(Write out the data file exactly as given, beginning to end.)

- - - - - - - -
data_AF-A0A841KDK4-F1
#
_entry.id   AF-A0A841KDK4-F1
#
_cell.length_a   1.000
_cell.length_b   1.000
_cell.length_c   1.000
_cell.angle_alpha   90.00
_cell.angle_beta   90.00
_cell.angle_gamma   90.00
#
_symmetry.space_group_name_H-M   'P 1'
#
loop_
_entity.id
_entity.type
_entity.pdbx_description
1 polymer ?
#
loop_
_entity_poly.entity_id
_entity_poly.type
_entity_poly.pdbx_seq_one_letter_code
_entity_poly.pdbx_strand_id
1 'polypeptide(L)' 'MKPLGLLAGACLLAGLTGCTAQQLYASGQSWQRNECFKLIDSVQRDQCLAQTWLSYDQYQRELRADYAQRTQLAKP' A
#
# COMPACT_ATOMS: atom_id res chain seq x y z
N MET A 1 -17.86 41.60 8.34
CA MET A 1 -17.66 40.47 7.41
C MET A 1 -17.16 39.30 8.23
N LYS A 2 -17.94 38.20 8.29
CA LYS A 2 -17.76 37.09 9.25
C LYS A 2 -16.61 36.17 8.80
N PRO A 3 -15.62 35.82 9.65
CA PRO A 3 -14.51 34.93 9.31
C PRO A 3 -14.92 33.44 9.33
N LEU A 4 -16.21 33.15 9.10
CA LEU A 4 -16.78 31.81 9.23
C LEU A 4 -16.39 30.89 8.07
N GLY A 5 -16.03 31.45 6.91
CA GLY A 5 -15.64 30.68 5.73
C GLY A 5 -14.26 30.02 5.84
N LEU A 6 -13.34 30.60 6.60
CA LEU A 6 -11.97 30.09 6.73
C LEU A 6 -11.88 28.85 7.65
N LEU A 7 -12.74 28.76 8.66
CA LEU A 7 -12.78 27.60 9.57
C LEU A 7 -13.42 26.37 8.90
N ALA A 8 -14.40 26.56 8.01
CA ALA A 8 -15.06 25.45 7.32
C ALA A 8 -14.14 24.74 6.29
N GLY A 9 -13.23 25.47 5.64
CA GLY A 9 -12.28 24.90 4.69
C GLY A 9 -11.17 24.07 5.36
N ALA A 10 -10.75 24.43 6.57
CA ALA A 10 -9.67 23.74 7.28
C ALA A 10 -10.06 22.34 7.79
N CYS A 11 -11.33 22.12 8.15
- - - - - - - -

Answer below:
data_AF-A0A841KDK4-F1
#
_entry.id   AF-A0A841KDK4-F1
#
_cell.length_a   1.000
_cell.length_b   1.000
_cell.length_c   1.000
_cell.angle_alpha   90.00
_cell.angle_beta   90.00
_cell.angle_gamma   90.00
#
_symmetry.space_group_name_H-M   'P 1'
#
loop_
_entity.id
_entity.type
_entity.pdbx_description
1 polymer ?
#
loop_
_entity_poly.entity_id
_entity_poly.type
_entity_poly.pdbx_seq_one_letter_code
_entity_poly.pdbx_strand_id
1 'polypeptide(L)' 'MKPLGLLAGACLLAGLTGCTAQQLYASGQSWQRNECFKLIDSVQRDQCLAQTWLSYDQYQRELRADYAQRTQLAKP' A
#
# COMPACT_ATOMS: atom_id res chain seq x y z
N MET A 1 -17.86 41.60 8.34
CA MET A 1 -17.66 40.47 7.41
C MET A 1 -17.16 39.30 8.23
N LYS A 2 -17.94 38.20 8.29
CA LYS A 2 -17.76 37.09 9.25
C LYS A 2 -16.61 36.17 8.80
N PRO A 3 -15.62 35.82 9.65
CA PRO A 3 -14.51 34.93 9.31
C PRO A 3 -14.92 33.44 9.33
N LEU A 4 -16.21 33.15 9.10
CA LEU A 4 -16.78 31.81 9.23
C LEU A 4 -16.39 30.89 8.07
N GLY A 5 -16.03 31.45 6.91
CA GLY A 5 -15.64 30.68 5.73
C GLY A 5 -14.26 30.02 5.84
N LEU A 6 -13.34 30.60 6.60
CA LEU A 6 -11.97 30.09 6.73
C LEU A 6 -11.88 28.85 7.65
N LEU A 7 -12.74 28.76 8.66
CA LEU A 7 -12.78 27.60 9.57
C LEU A 7 -13.42 26.37 8.90
N ALA A 8 -14.40 26.56 8.01
CA ALA A 8 -15.06 25.45 7.32
C ALA A 8 -14.14 24.74 6.29
N GLY A 9 -13.23 25.47 5.64
CA GLY A 9 -12.28 24.90 4.69
C GLY A 9 -11.17 24.07 5.36
N ALA A 10 -10.75 24.43 6.57
CA ALA A 10 -9.67 23.74 7.28
C ALA A 10 -10.06 22.34 7.79
N CYS A 11 -11.33 22.12 8.15